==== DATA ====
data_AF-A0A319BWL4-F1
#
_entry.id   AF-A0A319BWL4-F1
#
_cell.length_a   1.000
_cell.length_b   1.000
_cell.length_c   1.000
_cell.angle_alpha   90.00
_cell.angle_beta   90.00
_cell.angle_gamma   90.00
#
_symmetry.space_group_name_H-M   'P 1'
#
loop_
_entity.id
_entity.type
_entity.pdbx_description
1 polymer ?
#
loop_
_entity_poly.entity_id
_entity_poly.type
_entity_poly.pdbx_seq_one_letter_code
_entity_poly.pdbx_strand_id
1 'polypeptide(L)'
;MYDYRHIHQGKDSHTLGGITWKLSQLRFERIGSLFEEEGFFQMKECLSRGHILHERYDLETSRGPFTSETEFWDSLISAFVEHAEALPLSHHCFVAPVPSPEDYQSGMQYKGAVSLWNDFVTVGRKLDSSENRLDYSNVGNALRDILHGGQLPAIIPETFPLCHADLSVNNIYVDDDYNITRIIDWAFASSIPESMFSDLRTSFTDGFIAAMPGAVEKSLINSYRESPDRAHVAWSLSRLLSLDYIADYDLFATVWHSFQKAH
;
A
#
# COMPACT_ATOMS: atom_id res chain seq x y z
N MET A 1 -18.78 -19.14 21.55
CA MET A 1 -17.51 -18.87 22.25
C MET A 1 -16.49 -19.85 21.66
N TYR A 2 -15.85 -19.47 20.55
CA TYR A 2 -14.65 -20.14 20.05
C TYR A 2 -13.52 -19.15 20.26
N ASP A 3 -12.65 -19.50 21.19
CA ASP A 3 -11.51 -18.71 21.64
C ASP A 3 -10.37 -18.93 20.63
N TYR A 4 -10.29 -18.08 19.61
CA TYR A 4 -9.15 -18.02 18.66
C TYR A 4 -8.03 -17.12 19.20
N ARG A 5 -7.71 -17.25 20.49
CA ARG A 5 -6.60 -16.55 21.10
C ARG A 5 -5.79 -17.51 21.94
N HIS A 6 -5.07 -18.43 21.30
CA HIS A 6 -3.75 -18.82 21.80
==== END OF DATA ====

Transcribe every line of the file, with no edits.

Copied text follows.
data_AF-A0A319BWL4-F1
#
_entry.id   AF-A0A319BWL4-F1
#
_cell.length_a   1.000
_cell.length_b   1.000
_cell.length_c   1.000
_cell.angle_alpha   90.00
_cell.angle_beta   90.00
_cell.angle_gamma   90.00
#
_symmetry.space_group_name_H-M   'P 1'
#
loop_
_entity.id
_entity.type
_entity.pdbx_description
1 polymer ?
#
loop_
_entity_poly.entity_id
_entity_poly.type
_entity_poly.pdbx_seq_one_letter_code
_entity_poly.pdbx_strand_id
1 'polypeptide(L)'
;MYDYRHIHQGKDSHTLGGITWKLSQLRFERIGSLFEEEGFFQMKECLSRGHILHERYDLETSRGPFTSETEFWDSLISAFVEHAEALPLSHHCFVAPVPSPEDYQSGMQYKGAVSLWNDFVTVGRKLDSSENRLDYSNVGNALRDILHGGQLPAIIPETFPLCHADLSVNNIYVDDDYNITRIIDWAFASSIPESMFSDLRTSFTDGFIAAMPGAVEKSLINSYRESPDRAHVAWSLSRLLSLDYIADYDLFATVWHSFQKAH
;
A
#
# COMPACT_ATOMS: atom_id res chain seq x y z
N MET A 1 -18.78 -19.14 21.55
CA MET A 1 -17.51 -18.87 22.25
C MET A 1 -16.49 -19.85 21.66
N TYR A 2 -15.85 -19.47 20.55
CA TYR A 2 -14.65 -20.14 20.05
C TYR A 2 -13.52 -19.15 20.26
N ASP A 3 -12.65 -19.50 21.19
CA ASP A 3 -11.51 -18.71 21.64
C ASP A 3 -10.37 -18.93 20.63
N TYR A 4 -10.29 -18.08 19.61
CA TYR A 4 -9.15 -18.02 18.66
C TYR A 4 -8.03 -17.12 19.20
N ARG A 5 -7.71 -17.25 20.49
CA ARG A 5 -6.60 -16.55 21.10
C ARG A 5 -5.79 -17.51 21.94
N HIS A 6 -5.07 -18.43 21.30
CA HIS A 6 -3.75 -18.82 21.80